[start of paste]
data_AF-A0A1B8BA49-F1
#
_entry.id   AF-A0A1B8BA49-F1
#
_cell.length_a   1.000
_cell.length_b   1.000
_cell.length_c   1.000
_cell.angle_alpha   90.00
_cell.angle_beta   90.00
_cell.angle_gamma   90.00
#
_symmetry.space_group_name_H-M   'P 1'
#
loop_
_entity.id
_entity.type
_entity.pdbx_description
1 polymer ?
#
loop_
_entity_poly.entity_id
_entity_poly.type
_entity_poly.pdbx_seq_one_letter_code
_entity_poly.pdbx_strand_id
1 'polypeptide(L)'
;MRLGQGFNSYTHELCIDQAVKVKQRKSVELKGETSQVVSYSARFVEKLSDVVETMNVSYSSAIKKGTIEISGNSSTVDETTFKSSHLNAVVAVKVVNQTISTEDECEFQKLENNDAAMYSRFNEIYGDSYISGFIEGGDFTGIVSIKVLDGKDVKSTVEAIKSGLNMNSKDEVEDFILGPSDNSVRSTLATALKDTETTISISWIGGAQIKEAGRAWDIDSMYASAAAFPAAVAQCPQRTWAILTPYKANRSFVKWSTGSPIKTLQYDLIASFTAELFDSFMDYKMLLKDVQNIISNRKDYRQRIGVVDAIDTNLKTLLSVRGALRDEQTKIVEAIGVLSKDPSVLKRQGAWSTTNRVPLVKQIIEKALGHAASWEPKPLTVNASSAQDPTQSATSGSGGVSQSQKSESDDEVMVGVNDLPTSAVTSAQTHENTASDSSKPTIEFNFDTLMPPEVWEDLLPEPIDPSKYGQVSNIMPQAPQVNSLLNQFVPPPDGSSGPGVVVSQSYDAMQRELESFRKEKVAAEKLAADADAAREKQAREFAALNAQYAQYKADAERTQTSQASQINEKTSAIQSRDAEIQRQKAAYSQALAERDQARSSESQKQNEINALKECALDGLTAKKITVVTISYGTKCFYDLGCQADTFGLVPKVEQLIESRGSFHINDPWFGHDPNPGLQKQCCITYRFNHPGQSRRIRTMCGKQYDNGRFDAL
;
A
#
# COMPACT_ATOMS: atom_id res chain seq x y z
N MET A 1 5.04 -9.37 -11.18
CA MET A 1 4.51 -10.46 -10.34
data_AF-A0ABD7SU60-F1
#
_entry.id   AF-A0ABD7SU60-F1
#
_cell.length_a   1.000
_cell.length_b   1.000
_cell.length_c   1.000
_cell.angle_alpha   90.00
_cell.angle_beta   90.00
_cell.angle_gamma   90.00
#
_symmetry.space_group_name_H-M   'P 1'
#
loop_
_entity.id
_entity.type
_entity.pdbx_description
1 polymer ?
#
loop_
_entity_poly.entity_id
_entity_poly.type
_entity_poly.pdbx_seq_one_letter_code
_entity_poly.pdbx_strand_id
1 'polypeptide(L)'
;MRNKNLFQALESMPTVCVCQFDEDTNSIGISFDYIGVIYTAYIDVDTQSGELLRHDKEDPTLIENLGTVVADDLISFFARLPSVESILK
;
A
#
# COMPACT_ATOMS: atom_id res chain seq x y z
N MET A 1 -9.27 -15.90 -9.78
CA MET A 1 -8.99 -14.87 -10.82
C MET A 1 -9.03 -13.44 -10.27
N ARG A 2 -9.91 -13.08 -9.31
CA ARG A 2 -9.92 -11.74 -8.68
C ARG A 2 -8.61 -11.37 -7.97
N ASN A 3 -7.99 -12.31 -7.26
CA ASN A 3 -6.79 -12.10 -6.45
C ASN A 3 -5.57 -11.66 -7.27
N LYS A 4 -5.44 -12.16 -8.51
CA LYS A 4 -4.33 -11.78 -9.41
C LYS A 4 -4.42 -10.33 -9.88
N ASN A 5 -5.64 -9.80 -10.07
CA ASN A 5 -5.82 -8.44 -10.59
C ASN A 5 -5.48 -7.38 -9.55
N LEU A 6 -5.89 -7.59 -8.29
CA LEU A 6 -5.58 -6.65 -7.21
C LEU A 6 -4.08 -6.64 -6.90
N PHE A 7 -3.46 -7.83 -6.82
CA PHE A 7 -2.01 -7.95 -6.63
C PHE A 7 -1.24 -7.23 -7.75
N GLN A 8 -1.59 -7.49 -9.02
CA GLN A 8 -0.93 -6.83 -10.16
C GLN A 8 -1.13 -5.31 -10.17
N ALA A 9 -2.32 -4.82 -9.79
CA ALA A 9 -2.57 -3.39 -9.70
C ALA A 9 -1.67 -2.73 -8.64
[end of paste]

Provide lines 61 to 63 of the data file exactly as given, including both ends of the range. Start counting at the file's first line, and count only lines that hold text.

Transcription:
#
# COMPACT_ATOMS: atom_id res chain seq x y z
N MET A 1 -9.27 -15.90 -9.78